The joy of our religious vocation allows us to be thankful for so many things. In our Province we must never lose the habit of being appreciative. Fostering an attitude of gratitude is not just feeling but it is expressing thankfulness.
Counting our blessings and literally listing them until the "haves" overwhelm the "have-nots." Consciously being aware of the services that we do for one another. Preparing the meals, retrieving the newspapers, locking up each night, and checking up on one another are just a few of the day-to-day courteous actions in our Communities.
There is a case study in which one group of people listed five things they were thankful for. They did this weekly for 10 weeks. Comparison groups in the study wrote different kinds of weekly lists — “five major events,” “five hassles this week,” etc. The “thankful” group reported more happiness and contentment than did the comparison groups. They even reported improved health in the form of fewer headaches and coughs.
So, skip the doc. Just say “thanks” more.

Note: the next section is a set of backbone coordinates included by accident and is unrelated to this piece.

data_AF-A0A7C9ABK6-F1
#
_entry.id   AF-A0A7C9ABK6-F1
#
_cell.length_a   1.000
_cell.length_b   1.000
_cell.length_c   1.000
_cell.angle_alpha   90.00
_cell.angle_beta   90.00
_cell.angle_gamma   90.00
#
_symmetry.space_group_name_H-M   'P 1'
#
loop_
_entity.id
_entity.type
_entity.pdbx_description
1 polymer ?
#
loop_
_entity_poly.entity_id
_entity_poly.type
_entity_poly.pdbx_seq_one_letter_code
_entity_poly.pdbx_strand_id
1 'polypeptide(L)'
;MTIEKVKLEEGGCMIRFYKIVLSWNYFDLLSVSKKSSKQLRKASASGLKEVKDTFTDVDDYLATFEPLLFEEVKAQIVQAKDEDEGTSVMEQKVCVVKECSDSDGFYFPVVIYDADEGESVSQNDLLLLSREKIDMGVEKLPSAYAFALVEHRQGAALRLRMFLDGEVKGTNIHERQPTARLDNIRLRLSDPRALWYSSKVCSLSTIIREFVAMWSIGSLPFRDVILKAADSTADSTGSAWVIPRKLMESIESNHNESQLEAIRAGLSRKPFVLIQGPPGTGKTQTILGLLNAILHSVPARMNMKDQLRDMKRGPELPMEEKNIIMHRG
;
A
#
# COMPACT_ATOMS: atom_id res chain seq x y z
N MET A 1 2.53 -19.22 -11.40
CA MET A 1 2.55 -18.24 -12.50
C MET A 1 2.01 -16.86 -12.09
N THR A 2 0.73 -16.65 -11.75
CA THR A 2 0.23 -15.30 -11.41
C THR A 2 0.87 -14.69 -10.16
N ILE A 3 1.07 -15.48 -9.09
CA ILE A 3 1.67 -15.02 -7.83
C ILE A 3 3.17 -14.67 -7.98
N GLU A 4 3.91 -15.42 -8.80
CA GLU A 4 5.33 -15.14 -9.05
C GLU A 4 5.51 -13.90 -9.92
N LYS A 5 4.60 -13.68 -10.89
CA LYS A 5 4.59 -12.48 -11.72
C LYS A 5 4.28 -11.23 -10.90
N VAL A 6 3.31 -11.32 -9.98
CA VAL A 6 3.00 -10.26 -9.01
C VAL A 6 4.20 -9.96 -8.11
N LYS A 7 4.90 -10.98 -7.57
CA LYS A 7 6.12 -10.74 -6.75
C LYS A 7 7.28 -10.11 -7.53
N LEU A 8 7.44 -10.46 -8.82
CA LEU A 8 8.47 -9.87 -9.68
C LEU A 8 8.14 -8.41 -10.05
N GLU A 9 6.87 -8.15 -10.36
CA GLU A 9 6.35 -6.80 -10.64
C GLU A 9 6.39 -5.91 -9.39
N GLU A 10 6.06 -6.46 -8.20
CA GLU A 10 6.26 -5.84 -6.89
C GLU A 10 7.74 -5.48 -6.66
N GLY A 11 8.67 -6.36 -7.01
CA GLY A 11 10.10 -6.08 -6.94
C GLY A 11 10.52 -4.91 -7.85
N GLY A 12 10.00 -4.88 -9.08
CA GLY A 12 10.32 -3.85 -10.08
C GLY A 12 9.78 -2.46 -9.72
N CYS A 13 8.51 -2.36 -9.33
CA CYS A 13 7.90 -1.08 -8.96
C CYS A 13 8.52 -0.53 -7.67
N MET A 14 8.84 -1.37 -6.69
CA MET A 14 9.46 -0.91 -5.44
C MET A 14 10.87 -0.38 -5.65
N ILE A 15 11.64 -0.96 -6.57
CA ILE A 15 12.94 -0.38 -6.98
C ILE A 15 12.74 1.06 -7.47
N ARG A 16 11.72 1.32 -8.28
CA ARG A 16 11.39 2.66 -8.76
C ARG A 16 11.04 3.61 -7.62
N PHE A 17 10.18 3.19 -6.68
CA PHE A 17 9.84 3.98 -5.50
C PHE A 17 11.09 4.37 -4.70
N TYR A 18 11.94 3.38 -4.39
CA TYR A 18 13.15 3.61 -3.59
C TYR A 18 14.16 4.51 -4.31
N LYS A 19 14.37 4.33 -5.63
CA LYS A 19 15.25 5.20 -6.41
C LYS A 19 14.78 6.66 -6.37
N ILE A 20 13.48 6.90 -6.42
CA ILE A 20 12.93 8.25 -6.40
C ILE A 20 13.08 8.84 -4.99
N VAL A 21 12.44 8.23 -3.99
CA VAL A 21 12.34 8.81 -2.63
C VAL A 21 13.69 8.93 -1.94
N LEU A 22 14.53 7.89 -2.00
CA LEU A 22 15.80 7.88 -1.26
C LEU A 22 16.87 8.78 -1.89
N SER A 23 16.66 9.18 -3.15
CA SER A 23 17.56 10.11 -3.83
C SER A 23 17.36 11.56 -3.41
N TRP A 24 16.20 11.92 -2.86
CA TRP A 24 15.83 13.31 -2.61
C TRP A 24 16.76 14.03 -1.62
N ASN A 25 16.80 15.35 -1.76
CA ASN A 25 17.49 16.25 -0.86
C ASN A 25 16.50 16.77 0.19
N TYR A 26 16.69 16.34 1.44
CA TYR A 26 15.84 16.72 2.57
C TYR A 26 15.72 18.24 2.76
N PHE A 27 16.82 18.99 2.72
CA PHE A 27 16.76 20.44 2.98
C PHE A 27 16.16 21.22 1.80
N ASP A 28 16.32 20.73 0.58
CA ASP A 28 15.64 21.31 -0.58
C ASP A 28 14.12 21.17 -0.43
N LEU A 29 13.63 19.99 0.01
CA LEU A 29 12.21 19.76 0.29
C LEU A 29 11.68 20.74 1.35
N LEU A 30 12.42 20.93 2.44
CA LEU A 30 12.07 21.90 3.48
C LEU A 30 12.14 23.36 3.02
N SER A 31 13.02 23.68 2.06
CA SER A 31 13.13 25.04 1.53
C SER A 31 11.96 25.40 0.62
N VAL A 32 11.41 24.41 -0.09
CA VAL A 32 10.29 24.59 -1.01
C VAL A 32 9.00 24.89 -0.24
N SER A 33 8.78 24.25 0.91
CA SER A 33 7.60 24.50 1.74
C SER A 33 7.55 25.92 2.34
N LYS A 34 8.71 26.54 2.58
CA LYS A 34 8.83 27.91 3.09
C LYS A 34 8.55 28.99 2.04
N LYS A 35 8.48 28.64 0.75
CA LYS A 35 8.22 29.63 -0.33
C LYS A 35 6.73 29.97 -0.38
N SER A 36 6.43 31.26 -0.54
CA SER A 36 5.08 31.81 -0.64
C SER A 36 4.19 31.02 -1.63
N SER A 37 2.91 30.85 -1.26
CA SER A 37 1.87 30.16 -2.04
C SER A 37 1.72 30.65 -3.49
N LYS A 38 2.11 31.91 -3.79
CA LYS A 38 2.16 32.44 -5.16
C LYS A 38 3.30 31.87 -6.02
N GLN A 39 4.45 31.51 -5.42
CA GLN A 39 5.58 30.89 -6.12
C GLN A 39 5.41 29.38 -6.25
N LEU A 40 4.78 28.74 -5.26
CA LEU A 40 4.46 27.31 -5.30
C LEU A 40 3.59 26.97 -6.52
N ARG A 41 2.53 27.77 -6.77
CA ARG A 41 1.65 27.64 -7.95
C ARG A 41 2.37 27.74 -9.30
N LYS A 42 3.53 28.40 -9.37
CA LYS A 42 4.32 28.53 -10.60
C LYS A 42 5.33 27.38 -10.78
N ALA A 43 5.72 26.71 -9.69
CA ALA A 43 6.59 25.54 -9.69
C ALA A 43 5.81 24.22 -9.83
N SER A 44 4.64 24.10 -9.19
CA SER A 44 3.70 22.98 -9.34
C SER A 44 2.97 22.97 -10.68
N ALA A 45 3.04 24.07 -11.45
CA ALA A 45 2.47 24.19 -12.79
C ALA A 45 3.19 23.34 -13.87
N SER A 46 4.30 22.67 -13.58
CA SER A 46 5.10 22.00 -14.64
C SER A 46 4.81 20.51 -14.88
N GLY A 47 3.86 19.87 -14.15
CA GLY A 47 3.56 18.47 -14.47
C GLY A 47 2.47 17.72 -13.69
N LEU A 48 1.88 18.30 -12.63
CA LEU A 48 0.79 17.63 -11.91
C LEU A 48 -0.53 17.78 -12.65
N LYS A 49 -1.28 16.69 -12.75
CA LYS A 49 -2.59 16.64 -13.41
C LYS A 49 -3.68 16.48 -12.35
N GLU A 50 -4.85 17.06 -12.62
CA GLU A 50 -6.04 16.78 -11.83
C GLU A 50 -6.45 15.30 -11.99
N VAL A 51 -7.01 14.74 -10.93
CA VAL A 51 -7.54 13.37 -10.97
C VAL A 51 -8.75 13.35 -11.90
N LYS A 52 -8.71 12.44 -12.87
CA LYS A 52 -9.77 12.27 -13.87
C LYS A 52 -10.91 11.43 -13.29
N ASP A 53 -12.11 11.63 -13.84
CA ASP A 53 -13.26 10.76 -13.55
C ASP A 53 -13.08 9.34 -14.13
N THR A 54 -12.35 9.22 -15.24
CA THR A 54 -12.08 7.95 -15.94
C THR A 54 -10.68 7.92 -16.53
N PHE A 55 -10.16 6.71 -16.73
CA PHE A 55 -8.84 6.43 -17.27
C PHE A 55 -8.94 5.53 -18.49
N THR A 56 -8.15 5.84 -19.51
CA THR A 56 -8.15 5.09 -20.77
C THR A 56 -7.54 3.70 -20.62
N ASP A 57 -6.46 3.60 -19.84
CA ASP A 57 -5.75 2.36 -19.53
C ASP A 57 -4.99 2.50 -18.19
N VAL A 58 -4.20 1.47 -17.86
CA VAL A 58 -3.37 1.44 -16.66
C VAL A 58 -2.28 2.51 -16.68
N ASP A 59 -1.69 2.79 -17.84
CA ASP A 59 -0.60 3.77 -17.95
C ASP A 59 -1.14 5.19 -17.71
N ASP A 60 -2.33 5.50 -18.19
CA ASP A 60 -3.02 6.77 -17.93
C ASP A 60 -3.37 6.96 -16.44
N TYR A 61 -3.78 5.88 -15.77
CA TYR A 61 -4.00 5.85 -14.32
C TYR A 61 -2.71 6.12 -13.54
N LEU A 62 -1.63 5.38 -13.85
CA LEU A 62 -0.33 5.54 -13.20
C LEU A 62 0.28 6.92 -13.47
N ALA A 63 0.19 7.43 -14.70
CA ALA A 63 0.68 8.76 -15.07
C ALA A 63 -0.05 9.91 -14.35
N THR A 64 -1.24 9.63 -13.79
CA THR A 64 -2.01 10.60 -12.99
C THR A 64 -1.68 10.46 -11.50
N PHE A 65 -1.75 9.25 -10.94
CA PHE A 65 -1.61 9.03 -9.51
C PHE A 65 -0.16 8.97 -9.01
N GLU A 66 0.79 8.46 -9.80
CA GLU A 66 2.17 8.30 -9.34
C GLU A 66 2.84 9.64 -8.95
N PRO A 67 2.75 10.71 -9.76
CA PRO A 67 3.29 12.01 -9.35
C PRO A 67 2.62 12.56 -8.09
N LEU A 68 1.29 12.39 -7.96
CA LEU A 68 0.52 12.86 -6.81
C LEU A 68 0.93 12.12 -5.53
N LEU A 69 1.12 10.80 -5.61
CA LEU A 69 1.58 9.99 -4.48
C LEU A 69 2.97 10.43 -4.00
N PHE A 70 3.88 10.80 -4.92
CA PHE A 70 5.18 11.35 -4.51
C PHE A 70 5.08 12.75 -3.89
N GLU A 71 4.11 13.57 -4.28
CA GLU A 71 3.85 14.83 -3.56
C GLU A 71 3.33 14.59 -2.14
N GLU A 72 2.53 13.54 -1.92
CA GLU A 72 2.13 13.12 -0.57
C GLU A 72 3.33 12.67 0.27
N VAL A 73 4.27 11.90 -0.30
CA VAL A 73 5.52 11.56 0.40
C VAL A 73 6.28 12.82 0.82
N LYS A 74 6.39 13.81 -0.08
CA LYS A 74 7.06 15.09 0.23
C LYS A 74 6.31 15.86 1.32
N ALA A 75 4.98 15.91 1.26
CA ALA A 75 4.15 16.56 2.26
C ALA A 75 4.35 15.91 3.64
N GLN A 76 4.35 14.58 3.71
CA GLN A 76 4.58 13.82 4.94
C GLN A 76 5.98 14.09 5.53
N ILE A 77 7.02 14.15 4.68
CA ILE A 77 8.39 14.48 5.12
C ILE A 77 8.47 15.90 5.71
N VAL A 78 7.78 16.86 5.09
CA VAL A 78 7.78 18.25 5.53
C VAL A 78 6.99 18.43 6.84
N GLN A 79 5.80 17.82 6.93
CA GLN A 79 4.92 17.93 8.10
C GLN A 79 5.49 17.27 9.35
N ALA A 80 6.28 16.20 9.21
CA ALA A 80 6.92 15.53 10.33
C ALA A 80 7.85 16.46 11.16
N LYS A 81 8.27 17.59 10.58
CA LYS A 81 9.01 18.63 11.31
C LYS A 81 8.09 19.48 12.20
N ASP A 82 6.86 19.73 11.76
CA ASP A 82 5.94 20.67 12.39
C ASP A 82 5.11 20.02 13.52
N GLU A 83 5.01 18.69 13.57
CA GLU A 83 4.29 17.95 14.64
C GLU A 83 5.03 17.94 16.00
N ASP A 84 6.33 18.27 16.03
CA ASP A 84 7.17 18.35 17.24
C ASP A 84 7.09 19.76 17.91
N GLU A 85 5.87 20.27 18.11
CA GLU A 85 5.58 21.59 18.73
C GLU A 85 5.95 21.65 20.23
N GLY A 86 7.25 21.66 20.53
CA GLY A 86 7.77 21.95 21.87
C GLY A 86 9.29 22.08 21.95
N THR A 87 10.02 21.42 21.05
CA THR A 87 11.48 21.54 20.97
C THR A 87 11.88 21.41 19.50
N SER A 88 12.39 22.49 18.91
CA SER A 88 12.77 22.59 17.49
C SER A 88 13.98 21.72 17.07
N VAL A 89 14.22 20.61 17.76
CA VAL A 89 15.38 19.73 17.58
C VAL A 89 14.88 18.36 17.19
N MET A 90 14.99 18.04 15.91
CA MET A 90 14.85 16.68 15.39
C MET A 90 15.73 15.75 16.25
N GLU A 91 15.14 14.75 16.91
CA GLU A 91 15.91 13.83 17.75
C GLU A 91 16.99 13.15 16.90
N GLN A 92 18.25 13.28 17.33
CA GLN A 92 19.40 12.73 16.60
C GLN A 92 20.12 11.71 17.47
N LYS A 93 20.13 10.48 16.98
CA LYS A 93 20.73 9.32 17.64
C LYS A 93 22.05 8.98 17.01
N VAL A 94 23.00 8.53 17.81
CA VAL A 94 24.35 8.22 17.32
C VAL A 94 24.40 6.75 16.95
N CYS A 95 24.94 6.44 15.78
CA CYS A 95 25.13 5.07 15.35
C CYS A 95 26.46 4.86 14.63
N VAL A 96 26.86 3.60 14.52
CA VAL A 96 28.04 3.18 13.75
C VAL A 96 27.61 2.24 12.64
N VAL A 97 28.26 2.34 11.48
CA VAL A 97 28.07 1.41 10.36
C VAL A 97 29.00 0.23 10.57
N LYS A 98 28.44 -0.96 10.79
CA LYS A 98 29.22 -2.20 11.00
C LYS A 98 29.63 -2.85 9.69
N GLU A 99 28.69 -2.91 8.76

In pay-it-forward fashion, people we intentionally thank will also experience increased happiness. Expressing gratitude is the stone thrown into the flat water. It creates a ripple that affects everything around it.
The new age bumper sticker encourages us to “Practice random acts of kindness and senseless acts of beauty."
“No!” we would say.
Don’t make our acts random and senseless. Make them planned, intentional and habitual. Attach them to Brothers with whom we live so we can infect them with happiness also.
We can think of this as a halo of happiness. Gratitude first impacts its giver and then radiates through the receivers.
Although God may appreciate this approach , in all actuality He is probably smiling a told-you-so grin. Expressing gratitude brings joy to the giver but also radiates happiness to people around us.